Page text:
A third alternative way to consider how to value therapy after a fair time interval is to come into presence and pause, look and see what is occurring both within you and all around you, including your direct sensory feeling experience, your attitudes, perspective and how you hold your life, relationships, life conditions and challenges, and most crucially your outward behavior, along with the feedback you receive from the most trustworthy people and environments. In being present, looking and seeing, you may well be pleasantly surprised to find much more affirmative movement than you had expected, or you may find quite the reverse. Whatever you find, it’s all useful information in seeing progress forward, no movement or even regression backward. There is really no hiding from reality if you look.
A caveat to two seem appropriate at this juncture. Engaged therapy can sometimes take the form of things falling apart and seemingly getting worse in the short-term, especially if one’s world was packed with unexpressed feelings, blatant lies and widespread manipulation, only to progressively resolve and release over some time. While the change process typically includes a fair amount of ambivalence over change, so long as the therapist is engaged, proactive and resourceful, it is critical to notice whether the client is equally signed up in action in being engaged, proactive and resourceful too. No one can expect to get much out of anything that he or she puts very little into. Thinking you are entitled to fine results without putting in the requisite work just doesn’t work well in effective living.
It is also true that you can only help another who is fully on-board to help her- or him-self. How can anyone change another? It’s simply not possible in this world. Actually it’s plenty tough enough to grow oneself! I do not help people; rather I help people help themselves! This is an honorable stance since there is no desire, intention or vision for clients to become dependent upon me. Rather, count and depend on yourself. This is the essence of empowerment, meaning the ability to count on yourself as your own authority, without overtones of self-righteousness, vanity, self-preoccupation or narcissism. Granted that you may well investigate your options, do your homework, consult with trusted advisors in specific areas, and so on before making your own choice, and this is completely understandable. It is clearly worthwhile factoring in the impact of your choices upon others, the environment and unintended consequences. At the same time, given that you will principally be impacted by the decisions you make over your life, it need remain fundamentally yours to choose your life moment-by-moment and not be up to anyone else, at least once you’ve come to an age of maturity and without mitigating circumstances.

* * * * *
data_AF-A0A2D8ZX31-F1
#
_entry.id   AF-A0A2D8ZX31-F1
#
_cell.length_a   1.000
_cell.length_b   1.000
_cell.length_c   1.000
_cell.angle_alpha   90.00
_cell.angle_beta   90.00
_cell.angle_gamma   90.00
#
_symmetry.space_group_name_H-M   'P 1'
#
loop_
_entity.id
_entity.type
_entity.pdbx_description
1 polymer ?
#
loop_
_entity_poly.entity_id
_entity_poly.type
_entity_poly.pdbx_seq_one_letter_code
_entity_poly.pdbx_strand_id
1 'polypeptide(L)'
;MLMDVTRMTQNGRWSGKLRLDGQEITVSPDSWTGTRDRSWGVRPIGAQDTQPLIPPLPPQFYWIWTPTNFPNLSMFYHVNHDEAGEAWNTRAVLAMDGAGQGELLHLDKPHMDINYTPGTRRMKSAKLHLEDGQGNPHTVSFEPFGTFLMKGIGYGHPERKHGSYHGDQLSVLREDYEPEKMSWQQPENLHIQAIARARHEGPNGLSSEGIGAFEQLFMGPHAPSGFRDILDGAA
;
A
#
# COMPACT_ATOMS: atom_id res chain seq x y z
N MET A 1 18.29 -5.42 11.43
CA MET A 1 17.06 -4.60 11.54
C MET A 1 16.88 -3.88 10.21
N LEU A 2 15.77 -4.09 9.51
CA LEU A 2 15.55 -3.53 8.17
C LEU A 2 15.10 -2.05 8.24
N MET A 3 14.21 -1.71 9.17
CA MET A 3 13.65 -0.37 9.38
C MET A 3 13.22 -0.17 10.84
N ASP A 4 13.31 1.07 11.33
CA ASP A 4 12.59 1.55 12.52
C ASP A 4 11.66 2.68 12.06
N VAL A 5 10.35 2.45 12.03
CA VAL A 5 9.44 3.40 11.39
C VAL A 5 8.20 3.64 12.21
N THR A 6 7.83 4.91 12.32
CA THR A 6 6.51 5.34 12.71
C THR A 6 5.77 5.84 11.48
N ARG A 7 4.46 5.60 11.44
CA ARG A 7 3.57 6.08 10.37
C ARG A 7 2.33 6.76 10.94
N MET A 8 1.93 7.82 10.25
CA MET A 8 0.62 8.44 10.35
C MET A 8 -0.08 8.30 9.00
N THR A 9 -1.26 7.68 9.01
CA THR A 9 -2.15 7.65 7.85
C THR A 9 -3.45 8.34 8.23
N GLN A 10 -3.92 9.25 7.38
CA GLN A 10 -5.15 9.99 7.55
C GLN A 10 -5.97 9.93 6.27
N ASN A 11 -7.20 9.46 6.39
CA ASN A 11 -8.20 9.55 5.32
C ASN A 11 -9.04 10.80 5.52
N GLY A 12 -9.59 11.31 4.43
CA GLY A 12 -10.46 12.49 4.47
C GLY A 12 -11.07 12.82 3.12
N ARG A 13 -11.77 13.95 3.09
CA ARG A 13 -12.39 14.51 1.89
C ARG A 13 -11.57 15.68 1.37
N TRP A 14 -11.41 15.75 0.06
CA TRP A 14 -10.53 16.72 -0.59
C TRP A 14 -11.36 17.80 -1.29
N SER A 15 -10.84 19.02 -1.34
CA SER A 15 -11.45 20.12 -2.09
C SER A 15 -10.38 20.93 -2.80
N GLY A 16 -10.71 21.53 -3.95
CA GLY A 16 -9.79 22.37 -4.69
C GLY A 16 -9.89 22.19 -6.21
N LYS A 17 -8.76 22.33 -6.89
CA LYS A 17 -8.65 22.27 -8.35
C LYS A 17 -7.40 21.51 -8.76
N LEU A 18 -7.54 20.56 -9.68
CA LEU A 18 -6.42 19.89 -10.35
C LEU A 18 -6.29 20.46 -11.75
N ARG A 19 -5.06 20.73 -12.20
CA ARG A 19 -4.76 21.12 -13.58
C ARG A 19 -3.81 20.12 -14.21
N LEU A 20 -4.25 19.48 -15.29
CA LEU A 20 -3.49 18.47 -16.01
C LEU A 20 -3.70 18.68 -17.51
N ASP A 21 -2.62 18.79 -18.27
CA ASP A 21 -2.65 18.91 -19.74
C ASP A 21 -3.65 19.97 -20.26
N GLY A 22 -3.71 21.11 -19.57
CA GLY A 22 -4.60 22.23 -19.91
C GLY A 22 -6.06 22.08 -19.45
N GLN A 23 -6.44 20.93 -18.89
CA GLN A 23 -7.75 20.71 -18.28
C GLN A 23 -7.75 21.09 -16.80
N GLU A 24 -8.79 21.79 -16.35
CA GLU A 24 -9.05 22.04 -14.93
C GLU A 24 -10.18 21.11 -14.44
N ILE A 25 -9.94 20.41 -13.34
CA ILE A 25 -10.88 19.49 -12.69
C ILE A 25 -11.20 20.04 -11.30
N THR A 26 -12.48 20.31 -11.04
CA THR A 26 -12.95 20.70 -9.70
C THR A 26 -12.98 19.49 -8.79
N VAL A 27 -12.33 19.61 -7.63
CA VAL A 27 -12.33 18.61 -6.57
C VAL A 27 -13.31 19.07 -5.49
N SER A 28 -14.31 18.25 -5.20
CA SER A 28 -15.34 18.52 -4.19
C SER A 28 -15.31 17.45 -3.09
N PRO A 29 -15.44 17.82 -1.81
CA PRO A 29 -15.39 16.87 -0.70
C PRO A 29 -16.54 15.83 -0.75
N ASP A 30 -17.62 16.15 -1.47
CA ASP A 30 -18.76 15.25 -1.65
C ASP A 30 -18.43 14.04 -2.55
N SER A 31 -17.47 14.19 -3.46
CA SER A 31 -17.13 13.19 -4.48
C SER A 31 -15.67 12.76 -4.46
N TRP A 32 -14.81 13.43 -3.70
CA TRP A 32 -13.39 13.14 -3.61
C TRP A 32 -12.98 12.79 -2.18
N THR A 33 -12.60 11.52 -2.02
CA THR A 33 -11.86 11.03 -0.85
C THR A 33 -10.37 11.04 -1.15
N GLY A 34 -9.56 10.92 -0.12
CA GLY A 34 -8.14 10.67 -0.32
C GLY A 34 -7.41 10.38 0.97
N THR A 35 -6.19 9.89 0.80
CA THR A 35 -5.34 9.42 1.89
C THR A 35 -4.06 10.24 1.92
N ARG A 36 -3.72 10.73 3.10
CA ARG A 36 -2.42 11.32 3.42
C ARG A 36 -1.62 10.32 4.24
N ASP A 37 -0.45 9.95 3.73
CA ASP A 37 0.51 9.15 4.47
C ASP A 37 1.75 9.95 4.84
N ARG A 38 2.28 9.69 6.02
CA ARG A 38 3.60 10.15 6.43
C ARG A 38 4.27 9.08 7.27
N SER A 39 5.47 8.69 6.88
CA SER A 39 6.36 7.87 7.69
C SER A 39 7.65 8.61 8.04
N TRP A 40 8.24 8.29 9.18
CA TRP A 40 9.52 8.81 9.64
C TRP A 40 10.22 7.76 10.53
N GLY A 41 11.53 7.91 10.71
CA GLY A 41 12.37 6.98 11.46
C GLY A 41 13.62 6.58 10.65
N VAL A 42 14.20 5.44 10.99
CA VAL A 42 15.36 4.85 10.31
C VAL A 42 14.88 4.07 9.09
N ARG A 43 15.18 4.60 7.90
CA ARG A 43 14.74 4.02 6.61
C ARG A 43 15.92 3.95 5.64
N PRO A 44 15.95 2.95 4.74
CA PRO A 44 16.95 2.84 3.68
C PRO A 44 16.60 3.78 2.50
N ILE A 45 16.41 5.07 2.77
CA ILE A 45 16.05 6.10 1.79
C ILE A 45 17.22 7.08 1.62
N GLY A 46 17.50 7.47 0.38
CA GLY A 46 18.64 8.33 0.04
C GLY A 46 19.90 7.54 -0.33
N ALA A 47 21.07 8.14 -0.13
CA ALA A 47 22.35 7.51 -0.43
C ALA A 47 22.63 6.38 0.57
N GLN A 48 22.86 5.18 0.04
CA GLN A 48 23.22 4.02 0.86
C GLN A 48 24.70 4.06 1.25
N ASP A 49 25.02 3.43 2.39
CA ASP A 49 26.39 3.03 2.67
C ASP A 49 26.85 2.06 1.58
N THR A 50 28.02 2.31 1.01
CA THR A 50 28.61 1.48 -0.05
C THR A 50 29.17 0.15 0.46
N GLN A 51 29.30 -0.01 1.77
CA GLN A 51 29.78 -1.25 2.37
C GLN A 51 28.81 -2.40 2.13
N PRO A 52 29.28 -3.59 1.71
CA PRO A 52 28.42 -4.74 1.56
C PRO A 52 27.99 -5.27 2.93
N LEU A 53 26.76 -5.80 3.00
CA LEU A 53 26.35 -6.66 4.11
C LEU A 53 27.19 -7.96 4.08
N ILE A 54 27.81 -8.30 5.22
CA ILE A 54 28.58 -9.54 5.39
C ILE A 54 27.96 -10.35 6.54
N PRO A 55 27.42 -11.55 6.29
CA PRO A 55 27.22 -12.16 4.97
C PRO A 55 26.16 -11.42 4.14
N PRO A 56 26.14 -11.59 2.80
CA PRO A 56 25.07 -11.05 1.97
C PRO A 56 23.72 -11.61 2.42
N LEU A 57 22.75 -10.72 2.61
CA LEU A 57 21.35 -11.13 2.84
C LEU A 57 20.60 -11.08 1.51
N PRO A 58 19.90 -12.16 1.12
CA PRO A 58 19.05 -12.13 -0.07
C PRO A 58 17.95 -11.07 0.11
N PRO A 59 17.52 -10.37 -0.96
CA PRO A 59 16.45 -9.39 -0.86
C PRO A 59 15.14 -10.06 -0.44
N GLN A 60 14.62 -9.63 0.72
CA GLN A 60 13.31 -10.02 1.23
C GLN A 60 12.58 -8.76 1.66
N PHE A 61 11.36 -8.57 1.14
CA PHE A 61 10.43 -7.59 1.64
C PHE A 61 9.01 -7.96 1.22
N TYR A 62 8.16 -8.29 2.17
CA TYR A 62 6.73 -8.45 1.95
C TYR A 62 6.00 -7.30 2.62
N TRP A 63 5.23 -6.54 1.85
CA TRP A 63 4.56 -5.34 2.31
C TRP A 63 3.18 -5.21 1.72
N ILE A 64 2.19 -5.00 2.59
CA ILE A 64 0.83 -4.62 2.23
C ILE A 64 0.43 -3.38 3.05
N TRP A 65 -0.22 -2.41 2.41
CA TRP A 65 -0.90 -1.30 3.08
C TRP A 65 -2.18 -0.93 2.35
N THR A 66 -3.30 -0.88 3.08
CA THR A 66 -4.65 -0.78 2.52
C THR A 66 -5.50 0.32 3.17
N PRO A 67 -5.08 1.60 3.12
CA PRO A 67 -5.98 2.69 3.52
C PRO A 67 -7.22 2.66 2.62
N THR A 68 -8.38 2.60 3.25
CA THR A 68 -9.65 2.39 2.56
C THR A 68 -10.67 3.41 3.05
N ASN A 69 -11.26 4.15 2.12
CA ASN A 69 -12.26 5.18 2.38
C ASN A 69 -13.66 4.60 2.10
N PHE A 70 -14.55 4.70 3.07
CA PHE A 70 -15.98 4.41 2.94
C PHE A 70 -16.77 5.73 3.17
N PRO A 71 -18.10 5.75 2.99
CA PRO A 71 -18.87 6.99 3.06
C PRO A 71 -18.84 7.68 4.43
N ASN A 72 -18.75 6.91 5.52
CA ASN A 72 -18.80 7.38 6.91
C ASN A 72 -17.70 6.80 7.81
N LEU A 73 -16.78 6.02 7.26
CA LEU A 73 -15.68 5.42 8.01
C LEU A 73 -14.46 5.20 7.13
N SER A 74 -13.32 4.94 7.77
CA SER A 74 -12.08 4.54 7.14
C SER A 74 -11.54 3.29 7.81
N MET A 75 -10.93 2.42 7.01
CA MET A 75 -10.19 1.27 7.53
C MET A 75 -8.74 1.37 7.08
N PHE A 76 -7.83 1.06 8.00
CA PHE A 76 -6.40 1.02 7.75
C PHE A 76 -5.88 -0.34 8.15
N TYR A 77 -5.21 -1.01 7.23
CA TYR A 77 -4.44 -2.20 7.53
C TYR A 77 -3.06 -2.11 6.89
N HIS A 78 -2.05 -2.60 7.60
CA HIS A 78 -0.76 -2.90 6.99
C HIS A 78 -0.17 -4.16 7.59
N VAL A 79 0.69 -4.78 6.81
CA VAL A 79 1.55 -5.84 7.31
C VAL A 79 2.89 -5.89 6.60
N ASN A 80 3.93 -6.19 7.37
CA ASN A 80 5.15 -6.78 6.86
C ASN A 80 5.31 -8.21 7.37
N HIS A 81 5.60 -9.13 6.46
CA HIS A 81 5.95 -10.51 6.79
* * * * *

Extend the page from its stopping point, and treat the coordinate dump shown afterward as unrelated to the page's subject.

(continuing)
Valuing true change in therapy is best shown in direct experience within you and in behavior as we’ve seen in three alternative models of valuing, none of which draw upon making inappropriate premature evaluations misusing return on investment (ROI) or money in a business model. Human transformation takes putting something in, like well-directed skillful means, building a solid therapeutic relationship, an emotionally safe supportive environment, and a solid commitment in action to grow. Psychological therapy is not a panacea or cure-all for anything, and it can provide a powerful springboard for getting unstuck, developing authentic presence, buying out of the mind’s unworkable conditioning and feeling marvelously alive. Therapy’s value is up to you — what quality of life do you desire, what is the cost if you don’t engage, what are you willing to give up, and is it worth it to you?
(The materials presented have been adapted by Will Joel Friedman, Ph.D. and reprinted from the following sources:
Erik H. Erikson, Identity: Youth and Crisis (1968), W. W. Norton & Company, Inc.; Erik H. Erikson, The Life Cycle Completed (1982), W. W. Norton & Company, Inc.; James W. Fowler, Stages of Faith (1981), Harper & Row; E.R. Hilgard, R.L. Atkinson, and R.C. Atkinson; Introduction to PsychologySeventh Edition (1979), Harcourt Brace Jovanovich, Inc.; Stages of Faith in Psycholgy Today (November, 1983, pages 56 - 62), an interview of Janies W. Fowler; and A Question of Morality by John Snarey, Ph.D. in Psychology Today (June, 1987, pages 6, 8)
© Copyright 2013 by Will Joel Friedman, Ph.D.